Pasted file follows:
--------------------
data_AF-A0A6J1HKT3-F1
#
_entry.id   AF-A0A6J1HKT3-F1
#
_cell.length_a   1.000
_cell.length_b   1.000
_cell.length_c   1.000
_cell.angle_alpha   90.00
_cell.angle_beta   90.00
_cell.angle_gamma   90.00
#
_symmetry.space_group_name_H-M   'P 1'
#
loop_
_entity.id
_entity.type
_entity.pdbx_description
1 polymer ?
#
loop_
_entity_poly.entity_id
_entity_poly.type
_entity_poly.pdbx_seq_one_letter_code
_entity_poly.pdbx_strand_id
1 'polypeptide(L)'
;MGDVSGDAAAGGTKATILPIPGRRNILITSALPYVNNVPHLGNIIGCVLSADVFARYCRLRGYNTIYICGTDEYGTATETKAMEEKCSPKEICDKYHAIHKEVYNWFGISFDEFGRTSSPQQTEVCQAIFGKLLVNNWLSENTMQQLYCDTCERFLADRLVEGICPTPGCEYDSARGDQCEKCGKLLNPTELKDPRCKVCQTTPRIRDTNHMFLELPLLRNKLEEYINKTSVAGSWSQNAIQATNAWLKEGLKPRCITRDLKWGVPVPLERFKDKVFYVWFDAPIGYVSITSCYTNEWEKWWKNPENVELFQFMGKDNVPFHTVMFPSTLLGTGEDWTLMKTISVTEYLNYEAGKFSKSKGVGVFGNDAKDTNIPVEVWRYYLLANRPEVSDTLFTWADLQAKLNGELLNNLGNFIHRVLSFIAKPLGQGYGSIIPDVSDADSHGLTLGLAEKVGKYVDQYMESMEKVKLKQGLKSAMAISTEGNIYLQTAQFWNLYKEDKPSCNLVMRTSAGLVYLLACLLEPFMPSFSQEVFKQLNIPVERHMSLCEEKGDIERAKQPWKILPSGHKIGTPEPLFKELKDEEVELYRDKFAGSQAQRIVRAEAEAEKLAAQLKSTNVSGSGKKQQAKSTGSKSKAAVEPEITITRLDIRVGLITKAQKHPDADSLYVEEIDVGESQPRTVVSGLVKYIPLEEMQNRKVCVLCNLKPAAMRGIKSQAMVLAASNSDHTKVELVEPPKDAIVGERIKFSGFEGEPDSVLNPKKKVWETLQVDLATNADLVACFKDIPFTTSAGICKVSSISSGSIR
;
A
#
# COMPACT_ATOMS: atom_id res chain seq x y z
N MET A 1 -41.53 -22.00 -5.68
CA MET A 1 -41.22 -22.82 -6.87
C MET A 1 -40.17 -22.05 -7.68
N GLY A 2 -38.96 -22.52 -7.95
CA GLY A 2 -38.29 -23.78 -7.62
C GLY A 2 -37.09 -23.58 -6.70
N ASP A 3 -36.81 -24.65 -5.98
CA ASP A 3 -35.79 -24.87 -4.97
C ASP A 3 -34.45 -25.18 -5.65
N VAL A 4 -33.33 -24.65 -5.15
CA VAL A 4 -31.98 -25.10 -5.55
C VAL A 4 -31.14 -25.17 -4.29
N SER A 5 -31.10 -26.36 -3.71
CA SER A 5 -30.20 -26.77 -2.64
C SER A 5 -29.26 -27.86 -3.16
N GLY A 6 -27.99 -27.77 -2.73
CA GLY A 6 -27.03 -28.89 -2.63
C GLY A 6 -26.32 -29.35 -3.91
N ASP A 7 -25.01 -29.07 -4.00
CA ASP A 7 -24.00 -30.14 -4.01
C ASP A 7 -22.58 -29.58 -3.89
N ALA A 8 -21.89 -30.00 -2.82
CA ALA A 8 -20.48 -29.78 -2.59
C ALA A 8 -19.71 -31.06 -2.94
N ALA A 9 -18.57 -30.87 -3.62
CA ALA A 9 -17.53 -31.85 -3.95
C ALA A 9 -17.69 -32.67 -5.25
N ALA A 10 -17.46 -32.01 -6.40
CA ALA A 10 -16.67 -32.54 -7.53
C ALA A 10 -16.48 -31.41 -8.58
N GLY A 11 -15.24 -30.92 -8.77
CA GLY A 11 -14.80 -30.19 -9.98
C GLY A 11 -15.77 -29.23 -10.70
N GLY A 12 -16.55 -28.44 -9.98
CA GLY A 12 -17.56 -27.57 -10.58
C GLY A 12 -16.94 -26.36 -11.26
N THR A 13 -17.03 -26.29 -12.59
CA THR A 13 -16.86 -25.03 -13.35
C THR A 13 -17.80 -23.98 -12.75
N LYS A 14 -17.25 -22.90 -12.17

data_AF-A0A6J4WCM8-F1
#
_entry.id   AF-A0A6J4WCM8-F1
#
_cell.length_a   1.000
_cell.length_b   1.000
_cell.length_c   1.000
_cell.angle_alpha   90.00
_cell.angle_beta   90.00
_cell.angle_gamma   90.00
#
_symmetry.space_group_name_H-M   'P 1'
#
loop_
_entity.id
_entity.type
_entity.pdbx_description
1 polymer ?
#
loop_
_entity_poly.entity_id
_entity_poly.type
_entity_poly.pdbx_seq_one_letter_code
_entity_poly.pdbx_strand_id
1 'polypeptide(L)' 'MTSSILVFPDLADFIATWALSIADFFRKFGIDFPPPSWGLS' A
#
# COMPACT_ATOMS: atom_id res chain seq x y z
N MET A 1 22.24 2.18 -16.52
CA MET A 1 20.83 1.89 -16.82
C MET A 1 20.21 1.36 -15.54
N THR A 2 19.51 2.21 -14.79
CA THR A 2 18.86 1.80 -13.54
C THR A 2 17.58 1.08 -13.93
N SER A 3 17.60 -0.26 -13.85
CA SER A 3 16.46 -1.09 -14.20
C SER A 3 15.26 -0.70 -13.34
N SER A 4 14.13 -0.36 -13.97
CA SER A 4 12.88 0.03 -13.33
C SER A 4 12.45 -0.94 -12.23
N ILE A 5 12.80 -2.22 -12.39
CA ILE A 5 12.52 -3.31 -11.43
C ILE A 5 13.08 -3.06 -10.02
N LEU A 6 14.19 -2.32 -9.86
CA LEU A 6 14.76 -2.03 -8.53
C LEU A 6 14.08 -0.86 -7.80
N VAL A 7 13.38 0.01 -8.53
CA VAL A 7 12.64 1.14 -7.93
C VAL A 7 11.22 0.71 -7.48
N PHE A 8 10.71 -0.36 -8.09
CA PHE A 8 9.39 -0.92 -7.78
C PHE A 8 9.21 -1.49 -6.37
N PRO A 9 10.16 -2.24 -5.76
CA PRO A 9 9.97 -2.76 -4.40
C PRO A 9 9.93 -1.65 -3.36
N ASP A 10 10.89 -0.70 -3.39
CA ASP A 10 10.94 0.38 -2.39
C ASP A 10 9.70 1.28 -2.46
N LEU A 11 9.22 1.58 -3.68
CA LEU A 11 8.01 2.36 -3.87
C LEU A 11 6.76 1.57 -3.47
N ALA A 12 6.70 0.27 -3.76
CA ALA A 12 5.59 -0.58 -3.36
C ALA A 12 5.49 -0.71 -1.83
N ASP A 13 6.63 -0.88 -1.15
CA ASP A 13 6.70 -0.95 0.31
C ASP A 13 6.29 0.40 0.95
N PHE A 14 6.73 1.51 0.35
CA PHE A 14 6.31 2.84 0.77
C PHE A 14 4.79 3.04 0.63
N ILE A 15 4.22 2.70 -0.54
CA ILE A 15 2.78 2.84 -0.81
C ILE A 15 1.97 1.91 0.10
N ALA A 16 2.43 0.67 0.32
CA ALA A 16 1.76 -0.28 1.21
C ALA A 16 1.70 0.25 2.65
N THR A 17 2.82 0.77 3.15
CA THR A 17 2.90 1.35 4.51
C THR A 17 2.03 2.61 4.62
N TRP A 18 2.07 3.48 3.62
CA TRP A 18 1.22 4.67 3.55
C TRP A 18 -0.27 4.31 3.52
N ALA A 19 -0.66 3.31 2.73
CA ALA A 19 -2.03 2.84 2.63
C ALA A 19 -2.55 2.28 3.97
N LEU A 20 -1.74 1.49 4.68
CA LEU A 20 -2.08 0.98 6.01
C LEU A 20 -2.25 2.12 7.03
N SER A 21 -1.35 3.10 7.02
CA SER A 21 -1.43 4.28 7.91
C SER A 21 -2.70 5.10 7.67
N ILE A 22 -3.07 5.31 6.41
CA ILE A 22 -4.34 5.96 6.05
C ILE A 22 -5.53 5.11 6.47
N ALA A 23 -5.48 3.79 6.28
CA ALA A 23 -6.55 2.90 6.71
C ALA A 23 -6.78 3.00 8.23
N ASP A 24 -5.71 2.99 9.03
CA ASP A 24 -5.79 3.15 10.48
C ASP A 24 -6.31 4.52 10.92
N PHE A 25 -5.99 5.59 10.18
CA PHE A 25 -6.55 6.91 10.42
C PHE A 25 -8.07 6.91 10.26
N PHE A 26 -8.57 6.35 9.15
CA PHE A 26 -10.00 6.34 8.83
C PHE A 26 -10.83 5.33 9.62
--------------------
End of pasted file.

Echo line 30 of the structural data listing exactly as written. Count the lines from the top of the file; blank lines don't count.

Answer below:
# COMPACT_ATOMS: atom_id res chain seq x y z